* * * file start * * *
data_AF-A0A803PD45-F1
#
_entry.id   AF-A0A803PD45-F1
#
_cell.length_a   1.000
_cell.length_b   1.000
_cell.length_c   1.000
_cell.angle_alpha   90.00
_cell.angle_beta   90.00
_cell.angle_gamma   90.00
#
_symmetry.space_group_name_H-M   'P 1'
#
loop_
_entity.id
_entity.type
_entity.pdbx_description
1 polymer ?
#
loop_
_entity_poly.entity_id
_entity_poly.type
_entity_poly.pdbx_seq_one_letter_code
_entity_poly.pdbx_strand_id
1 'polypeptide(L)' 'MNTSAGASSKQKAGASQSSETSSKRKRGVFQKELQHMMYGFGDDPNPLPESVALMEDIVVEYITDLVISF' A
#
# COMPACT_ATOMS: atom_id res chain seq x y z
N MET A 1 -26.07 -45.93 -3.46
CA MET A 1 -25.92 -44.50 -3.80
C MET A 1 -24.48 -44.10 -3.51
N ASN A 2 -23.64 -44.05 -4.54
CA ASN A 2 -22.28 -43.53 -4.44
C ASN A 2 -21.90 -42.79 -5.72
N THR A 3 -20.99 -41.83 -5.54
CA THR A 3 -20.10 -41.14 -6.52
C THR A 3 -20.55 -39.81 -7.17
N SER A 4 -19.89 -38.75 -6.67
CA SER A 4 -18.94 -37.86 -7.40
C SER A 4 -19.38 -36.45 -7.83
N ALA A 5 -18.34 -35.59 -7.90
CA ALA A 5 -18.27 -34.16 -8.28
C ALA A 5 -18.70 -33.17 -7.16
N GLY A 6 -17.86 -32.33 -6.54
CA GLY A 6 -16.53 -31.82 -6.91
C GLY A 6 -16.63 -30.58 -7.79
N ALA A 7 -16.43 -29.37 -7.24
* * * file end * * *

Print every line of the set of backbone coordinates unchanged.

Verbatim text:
data_AF-A0A803PD45-F1
#
_entry.id   AF-A0A803PD45-F1
#
_cell.length_a   1.000
_cell.length_b   1.000
_cell.length_c   1.000
_cell.angle_alpha   90.00
_cell.angle_beta   90.00
_cell.angle_gamma   90.00
#
_symmetry.space_group_name_H-M   'P 1'
#
loop_
_entity.id
_entity.type
_entity.pdbx_description
1 polymer ?
#
loop_
_entity_poly.entity_id
_entity_poly.type
_entity_poly.pdbx_seq_one_letter_code
_entity_poly.pdbx_strand_id
1 'polypeptide(L)' 'MNTSAGASSKQKAGASQSSETSSKRKRGVFQKELQHMMYGFGDDPNPLPESVALMEDIVVEYITDLVISF' A
#
# COMPACT_ATOMS: atom_id res chain seq x y z
N MET A 1 -26.07 -45.93 -3.46
CA MET A 1 -25.92 -44.50 -3.80
C MET A 1 -24.48 -44.10 -3.51
N ASN A 2 -23.64 -44.05 -4.54
CA ASN A 2 -22.28 -43.53 -4.44
C ASN A 2 -21.90 -42.79 -5.72
N THR A 3 -20.99 -41.83 -5.54
CA THR A 3 -20.10 -41.14 -6.52
C THR A 3 -20.55 -39.81 -7.17
N SER A 4 -19.89 -38.75 -6.67
CA SER A 4 -18.94 -37.86 -7.40
C SER A 4 -19.38 -36.45 -7.83
N ALA A 5 -18.34 -35.59 -7.90
CA ALA A 5 -18.27 -34.16 -8.28
C ALA A 5 -18.70 -33.17 -7.16
N GLY A 6 -17.86 -32.33 -6.54
CA GLY A 6 -16.53 -31.82 -6.91
C GLY A 6 -16.63 -30.58 -7.79
N ALA A 7 -16.43 -29.37 -7.24